Updated: Sep 2, 2020
Excerpt from: "The impact of supply chain security practices on security operational performance among logistics service providers in an emerging economy: Security culture as moderator"
Author: Suhaiza Hanim Zailani, Karthigesu Seva Subaramaniam, Mohammad Iranmanesh, and Mohd Rizaimy Shaharudin
Publication: International Journal of Physical Distribution & Logistics Management, Vol. 45 No. 7, 2015, pp. 652-673
As supply chains become increasingly global, firms will be forced to adopt strategies for the secure flow of goods from raw material to end consumer. Furthermore, security-related issues are frequently uppermost in the minds of many end consumers, and will require all supply chain members to take a fresh look at the security measures. In response to the importance of security issues in supply chain and the far limited discussion regarding its operational performance in developing countries, the study developed a research model and evaluated its empirical validity and explanatory usefulness by using a survey study that involved Malaysia’s service providers in the logistic industry. The study’s overall data analysis results support the research model, which showed reasonable statistical significance and classification accuracy. Moreover, findings of the study suggest that cargo management, facility management, human resource management, and information management have a significant impact on supply chain security operational performance. The results also confirmed the moderating role of security culture on the relationship between facility management practices and supply chain security performance.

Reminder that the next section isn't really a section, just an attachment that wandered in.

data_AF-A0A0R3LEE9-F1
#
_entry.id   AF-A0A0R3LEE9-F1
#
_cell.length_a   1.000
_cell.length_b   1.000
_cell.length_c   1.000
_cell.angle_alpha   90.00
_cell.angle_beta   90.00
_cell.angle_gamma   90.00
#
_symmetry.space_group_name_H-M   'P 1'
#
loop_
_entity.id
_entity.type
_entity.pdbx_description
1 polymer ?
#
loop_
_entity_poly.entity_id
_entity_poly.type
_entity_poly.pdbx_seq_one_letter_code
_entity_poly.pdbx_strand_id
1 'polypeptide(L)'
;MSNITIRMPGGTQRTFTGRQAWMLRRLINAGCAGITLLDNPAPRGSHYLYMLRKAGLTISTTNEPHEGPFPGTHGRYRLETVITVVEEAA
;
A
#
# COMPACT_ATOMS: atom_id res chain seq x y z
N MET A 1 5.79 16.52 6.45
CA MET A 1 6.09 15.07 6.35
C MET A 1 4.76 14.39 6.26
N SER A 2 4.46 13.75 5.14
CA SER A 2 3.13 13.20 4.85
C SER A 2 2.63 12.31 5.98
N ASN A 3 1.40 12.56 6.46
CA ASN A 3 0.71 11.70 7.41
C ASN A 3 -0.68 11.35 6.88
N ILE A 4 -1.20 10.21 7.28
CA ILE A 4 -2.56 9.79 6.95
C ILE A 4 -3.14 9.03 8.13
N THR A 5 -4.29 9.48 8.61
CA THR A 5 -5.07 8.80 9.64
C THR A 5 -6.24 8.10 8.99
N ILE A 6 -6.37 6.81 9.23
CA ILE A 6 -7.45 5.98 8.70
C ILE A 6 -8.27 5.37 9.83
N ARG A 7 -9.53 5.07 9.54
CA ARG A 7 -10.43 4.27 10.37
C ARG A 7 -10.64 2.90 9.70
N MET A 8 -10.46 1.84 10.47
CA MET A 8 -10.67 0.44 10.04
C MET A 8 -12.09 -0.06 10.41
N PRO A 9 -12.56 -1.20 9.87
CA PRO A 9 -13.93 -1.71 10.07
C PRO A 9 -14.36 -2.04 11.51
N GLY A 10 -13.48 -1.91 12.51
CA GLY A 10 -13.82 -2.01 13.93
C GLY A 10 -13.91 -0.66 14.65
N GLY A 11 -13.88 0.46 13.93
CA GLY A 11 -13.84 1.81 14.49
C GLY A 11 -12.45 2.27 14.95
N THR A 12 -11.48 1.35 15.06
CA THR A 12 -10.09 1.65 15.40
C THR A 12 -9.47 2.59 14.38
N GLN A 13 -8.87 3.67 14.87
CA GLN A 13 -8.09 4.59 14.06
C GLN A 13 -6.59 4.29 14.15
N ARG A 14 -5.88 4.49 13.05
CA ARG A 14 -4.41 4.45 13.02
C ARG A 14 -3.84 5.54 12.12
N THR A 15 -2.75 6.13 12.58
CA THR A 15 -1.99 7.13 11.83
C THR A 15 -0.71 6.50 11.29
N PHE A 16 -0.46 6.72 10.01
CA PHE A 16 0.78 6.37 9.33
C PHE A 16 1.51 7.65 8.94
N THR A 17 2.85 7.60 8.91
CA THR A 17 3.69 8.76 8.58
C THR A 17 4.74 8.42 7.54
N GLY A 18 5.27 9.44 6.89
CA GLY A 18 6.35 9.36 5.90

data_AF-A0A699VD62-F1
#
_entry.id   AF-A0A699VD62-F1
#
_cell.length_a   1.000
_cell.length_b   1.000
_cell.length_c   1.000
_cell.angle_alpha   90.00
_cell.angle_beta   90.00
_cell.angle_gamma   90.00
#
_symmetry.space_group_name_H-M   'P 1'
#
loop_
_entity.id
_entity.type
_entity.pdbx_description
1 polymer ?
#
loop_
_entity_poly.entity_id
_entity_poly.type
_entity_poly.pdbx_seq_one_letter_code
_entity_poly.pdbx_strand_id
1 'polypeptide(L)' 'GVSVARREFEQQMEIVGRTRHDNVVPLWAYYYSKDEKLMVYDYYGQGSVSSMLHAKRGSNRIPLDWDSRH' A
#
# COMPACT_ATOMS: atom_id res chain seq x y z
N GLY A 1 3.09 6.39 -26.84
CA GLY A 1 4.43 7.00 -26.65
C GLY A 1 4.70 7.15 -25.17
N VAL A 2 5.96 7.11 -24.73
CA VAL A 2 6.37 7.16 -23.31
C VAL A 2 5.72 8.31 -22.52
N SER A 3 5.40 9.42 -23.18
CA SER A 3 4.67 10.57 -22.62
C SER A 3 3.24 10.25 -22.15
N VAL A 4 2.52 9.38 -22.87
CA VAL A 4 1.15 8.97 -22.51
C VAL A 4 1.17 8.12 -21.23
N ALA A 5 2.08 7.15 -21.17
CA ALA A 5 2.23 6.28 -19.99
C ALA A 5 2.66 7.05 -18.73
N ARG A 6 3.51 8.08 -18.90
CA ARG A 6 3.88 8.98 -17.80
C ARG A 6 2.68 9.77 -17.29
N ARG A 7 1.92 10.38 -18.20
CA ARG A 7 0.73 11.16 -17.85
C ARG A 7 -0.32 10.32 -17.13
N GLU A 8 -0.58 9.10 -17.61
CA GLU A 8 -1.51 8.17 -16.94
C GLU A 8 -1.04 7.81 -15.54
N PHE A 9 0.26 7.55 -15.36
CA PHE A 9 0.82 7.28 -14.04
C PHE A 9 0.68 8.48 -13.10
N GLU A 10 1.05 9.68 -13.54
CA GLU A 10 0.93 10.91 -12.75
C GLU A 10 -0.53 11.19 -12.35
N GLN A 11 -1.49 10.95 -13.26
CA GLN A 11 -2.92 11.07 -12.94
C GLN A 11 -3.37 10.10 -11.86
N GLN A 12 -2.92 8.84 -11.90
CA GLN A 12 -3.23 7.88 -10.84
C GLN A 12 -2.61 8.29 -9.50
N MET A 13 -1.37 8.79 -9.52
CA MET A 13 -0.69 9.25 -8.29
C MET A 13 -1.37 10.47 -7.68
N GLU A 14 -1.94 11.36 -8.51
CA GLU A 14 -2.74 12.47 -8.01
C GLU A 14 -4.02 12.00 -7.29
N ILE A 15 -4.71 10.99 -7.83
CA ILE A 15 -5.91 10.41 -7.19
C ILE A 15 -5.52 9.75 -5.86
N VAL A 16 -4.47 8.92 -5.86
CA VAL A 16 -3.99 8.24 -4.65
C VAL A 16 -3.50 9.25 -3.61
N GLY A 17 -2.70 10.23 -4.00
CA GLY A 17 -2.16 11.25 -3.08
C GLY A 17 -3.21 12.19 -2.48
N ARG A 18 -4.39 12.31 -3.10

There are certain limitations that need to be taken into account for generalizing the results of this study. One limitation is that, the study tested and verified the hypotheses with a questionnaire survey and only provided a cross-section of the study in nature. Therefore, it limits the ability to imply causality in the relationships among the variables. Thus, the result of the survey will be affected by the fact that this study cannot observe the dynamic change of security operational performance in the process of the development of supply chain security practices. As such, a longitudinal study should be attempted, that examines the relationships for an extended period of time to be able to provide more precise results. Furthermore, this study used a survey sample limited to the Malaysia’s service providers in the logistics industry. However, the effect of the security practices on operational performance and security culture might be different between countries. In addition, small firms make up a large portion of the sample that may not have formal, or the wherewithal to have formal human resource management, information management, and facility management. Thus, future research could test the research model of this study in different countries and collect data from big firms. Another limitation of this study would be the respondent firm’s customer base, which will be different for each firm. Different customer bases, such as electronic and electrical, plastic and packaging, chemical, metal, and others will present their own security concerns for their products. Therefore, different respondents serving different customer bases will have different opinions about the questionnaires forwarded to them. This study does not cover the security initiatives implemented by the government; hence, presenting a limitation and the need for a more structured study among the service providers in the logistics industry. In addition, security culture may also be an antecedent to the supply chain security practices; therefore, future studies could test the security culture as an antecedent.